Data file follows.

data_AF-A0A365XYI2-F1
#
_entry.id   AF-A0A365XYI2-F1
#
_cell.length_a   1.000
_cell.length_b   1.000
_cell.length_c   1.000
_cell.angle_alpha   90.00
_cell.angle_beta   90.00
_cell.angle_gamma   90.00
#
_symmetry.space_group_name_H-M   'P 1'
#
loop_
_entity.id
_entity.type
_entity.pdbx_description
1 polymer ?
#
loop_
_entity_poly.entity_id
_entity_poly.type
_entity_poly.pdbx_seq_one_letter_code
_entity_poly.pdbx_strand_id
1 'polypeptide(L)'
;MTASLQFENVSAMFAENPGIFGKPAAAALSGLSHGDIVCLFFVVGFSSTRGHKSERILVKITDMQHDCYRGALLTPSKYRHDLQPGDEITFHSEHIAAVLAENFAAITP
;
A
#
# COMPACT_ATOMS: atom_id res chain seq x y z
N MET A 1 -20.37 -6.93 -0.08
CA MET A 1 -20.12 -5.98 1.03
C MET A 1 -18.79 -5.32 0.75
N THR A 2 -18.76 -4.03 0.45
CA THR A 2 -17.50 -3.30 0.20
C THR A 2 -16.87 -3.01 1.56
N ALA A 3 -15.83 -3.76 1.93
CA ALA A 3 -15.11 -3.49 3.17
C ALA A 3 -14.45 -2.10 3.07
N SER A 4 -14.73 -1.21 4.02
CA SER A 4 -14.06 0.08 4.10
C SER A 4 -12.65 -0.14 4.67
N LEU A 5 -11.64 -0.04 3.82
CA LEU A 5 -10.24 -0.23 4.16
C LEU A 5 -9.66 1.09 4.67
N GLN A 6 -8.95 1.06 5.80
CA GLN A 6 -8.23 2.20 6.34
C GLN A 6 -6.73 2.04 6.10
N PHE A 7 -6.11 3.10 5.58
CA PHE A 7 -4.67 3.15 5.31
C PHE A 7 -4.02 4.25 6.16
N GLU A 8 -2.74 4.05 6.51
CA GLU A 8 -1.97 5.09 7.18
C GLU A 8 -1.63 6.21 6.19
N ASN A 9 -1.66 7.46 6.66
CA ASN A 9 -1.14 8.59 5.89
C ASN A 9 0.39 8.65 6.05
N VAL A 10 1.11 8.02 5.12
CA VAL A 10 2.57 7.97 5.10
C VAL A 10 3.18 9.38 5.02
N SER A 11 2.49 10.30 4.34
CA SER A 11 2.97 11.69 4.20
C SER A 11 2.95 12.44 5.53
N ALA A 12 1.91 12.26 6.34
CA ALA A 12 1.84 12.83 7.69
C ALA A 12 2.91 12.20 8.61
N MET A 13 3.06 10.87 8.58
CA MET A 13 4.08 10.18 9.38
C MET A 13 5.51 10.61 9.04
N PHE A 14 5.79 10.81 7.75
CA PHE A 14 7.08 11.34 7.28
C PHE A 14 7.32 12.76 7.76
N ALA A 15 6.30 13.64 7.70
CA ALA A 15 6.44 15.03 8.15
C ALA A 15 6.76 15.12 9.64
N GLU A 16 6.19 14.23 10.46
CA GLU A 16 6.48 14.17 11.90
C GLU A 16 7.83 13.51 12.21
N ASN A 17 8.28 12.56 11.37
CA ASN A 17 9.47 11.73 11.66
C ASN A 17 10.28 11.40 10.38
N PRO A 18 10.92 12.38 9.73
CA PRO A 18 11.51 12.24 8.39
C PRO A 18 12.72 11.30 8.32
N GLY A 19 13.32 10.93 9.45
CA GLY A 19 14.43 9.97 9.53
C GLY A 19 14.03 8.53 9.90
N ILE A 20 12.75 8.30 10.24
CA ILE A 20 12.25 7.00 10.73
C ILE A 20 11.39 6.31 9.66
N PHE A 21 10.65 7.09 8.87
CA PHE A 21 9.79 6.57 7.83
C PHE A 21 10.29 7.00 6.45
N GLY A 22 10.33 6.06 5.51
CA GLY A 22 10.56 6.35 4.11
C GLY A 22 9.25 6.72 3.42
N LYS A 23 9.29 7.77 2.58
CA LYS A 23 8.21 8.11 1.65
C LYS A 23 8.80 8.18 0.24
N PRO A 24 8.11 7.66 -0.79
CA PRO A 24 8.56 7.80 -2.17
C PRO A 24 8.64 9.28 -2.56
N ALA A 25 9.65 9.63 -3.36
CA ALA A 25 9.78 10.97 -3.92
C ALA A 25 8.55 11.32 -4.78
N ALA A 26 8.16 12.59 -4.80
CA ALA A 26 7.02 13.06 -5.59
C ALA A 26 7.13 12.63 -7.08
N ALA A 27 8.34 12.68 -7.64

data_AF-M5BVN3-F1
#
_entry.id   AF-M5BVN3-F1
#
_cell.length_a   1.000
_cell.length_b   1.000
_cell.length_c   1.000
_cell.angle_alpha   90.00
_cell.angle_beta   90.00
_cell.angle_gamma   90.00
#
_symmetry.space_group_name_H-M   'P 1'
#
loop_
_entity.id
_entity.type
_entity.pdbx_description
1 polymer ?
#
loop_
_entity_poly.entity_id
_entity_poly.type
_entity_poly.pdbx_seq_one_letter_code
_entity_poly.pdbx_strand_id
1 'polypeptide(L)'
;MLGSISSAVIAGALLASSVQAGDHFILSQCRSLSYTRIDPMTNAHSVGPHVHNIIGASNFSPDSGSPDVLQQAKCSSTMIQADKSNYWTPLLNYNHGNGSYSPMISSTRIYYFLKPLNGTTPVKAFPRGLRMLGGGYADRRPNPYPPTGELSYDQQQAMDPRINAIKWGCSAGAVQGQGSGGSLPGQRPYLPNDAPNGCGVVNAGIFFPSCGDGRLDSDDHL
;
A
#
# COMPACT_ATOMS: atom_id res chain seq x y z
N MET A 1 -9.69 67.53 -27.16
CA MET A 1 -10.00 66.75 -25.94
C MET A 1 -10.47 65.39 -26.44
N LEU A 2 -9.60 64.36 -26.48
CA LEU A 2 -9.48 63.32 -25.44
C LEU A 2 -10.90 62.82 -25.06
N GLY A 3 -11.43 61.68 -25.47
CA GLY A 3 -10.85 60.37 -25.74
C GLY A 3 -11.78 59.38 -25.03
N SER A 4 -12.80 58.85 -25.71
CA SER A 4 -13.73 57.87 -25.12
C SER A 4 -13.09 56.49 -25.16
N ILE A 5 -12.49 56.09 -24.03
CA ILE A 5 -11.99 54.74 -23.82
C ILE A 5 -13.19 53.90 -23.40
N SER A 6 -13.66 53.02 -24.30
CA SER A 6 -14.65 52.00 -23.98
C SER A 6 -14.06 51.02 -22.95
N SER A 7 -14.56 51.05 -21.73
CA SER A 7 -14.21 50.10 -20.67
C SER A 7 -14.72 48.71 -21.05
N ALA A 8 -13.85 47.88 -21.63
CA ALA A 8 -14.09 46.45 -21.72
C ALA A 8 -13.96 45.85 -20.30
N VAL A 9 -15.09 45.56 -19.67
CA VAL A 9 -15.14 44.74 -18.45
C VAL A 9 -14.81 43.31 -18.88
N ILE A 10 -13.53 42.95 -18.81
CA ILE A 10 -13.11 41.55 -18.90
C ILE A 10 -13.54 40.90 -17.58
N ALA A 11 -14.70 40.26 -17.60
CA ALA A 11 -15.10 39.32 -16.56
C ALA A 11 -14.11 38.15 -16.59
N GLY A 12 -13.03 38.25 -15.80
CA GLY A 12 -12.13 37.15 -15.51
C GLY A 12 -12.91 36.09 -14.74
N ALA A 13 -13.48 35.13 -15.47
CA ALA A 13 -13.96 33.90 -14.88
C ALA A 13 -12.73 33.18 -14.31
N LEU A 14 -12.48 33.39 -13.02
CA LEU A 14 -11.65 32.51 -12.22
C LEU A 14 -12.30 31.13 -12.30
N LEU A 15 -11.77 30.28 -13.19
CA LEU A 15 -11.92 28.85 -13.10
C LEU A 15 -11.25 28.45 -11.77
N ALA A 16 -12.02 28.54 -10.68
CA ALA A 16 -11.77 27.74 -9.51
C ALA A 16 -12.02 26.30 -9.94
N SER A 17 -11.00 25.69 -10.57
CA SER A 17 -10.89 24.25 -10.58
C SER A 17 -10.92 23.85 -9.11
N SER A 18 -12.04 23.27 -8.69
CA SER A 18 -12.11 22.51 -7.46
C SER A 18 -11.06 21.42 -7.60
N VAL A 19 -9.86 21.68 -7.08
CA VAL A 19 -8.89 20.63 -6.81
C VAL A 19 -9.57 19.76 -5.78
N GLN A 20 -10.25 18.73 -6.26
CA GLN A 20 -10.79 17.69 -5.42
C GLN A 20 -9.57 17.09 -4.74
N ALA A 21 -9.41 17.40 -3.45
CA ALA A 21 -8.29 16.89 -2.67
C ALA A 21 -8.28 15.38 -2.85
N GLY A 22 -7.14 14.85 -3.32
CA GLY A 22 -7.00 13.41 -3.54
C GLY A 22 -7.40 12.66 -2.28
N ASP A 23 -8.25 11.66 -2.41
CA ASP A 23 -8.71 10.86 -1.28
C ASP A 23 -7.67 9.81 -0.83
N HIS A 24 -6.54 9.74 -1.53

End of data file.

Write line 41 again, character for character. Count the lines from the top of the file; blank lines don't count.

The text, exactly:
CA SER A 4 -14.06 0.08 4.10